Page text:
There are three possible answers to this question. In Greek mythology, Proteus was a prophetic old man of the sea who could assume all sorts of shapes to escape if some nosy busybody tried to get answers out of him. There are two zoological answers. The first describes a slimy, blind amphibian that dwells in dank caves along the Adriatic Coast. The second describes a school, hive, or herd of zealous Leftlurchers who dwell in Amherst, Massachusetts and sometimes assume the shape of the Piper Fund, sometimes that of the Proteus Action League.
In 1995 the Amherst Proteus assumed the shape of “a funder collaborative” (i.e. the Piper Fund) which has “developed grant making strategies designed to build a stronger money in politics movement.” By 2014 the Fund had found 32 “funding partners” to promote the cause. Piper makes grants “to selected regional and national networks that work to develop their own unique voice and perspective about the problems that face our democracy and our campaign finance system.”
Maine is one of seventeen states blessed by the flow of Piper funding. Its website reports donating $402,500 to Maine Citizens for Clean Elections (MCCE) between 2012 and 2015.
On May 18 this year Proteus paid $200,000 to MCCE. On May 19 MCCE turned right around and donated $100,000 to Mainers for Accountable Elections. I suppose that means we are expected to count that hundred grand as coming from Mainers, not Massachusettian Proteids.
MCCE has now shape-shifted into Mainers for Accountable Elections (MAE), to which the Proteus Action League donated $150,000 on August 26, $100,000 on September 18 and $100,000 on September 24. The Proteus Action League’s 2015 Campaign Finance Report informed the Ethics Commission on October 5 that its “total expenditures” had been over $350,000. I’m guessing that most of the $50,000 donated by Maine Citizens for Clean Elections to Mainers for Accountable Elections on September 28 originated with Proteus.
We must guess because Mainers for Accountable Elections, which supposedly aims to enact legislation guaranteeing “transparency,” is far from transparent about its funders. Lance Tapley’s July 2006 report in the Portland Phoenix, “The Left is Reorganizing,” shines some light on the Amherst Proteus. Unfortunately, it casts shadows even as it illuminates. He tells his readers that the Proteus Fund planned to create”an embryonic coalition called the Blueprint Project” incorporating 40 organizations. It announced it was making a commitment of $800,000 for the first year’s operation, intending “to continue a degree of funding for years.”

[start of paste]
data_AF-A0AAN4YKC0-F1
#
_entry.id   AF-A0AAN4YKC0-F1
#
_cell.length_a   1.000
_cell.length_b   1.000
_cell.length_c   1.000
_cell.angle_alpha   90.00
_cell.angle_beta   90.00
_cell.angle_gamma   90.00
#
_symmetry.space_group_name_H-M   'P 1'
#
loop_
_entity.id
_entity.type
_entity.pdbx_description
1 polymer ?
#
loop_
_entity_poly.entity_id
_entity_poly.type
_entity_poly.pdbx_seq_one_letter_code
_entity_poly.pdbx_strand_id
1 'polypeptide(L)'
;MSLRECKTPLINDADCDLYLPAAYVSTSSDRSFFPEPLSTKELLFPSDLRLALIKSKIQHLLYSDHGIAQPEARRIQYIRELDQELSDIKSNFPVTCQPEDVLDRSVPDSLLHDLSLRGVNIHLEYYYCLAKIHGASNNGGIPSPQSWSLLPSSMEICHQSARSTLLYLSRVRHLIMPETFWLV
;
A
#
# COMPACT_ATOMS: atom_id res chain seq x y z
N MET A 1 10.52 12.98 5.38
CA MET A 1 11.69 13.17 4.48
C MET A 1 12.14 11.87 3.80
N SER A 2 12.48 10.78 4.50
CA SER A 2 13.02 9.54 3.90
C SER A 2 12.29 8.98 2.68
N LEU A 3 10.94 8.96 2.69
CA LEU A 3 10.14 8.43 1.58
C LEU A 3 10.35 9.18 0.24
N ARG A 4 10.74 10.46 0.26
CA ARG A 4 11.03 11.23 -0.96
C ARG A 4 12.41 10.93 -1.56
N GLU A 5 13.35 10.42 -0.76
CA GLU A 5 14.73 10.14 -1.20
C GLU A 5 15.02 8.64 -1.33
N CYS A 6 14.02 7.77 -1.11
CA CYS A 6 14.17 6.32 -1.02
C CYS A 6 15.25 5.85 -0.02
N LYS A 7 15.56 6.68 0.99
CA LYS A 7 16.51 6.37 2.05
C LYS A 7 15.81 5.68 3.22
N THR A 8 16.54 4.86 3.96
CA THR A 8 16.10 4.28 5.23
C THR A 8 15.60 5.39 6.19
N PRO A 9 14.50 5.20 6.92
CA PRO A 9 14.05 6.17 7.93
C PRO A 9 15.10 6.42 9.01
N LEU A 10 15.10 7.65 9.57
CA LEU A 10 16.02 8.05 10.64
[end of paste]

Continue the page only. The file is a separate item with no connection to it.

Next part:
Mr. Tapley found that Proteus seemed “opposed to its own belief — as its Web site home page states — that ‘lasting social change can occur only when people participate in an open, political process.’ Extracting information about Blueprint has been a reporter’s nightmare.”
But Question One is not only about transparency, it is also about curbing the influence of dark money groups, special interest money, corporate money, big business money, nasty peoples’ money, on Maine politics. Paula Sutton’s Mainers Against Welfare for Politicians (MAWP) PAC has raised $31,000 to counter the $1,232,401.95 in cash contributions to MAE reported in the Ethics Commission’s Schedule A. When I asked Paula to explain the stinginess of the nasty big money people she had no answer.
A big mystery here. On one side we see the Proteus Fund working hard for clean elections in alliance with a dozen organizations south and west of Kittery Bridge. On the other side we have Paula Sutton unsupported by all those Big Money Special Interest Nasties (BiMSIN).whose power is based on dirty elections. Where are the Koch Brothers?
I’ve found no trace of the Proteus Blueprint project since 2006 and have no idea what shape it may have assumed since then, but the ambition of the Amherst Proteus to ideologically colonize the State of Maine by coordinating a coalition of progressives appears to be on course. In addition to that $1,232,401 in cash contributions, the Ethics Commission “Schedule A-1 In-Kind Constrictions” shows another $52,956 from Every Voice, Sierra Club, Maine Education Association, the Maine People’s Alliance, ACLU of Maine, Maine Conservation Alliance, Maine People’s Resource Center, and the Communications Workers of America.
Is it possible Proteus had something to do with the passionate interest shown by all kinds of People from Away in the cleanliness of Maine’s political campaigns? We see from Nathan Strout’s column that New Yorker Sean Eldridge ($200,000 donation) has involved himself in Maine politics before, but how to explain People from Far Away like Pat Stryker of Fort Collins, Colorado, or J.J. Abrams and Katie McGrath of Santa Monica, California each of whom sent $50,000. For me it’s more interesting still to discover that of the 134 Californians who donated small sums, 65 are “not currently employed.” Unemployed Mainers, in contrast, are far more reluctant to contribute (only two from progressive Portland) but MAE has somehow found hundreds of jobless contributors from a couple dozen states.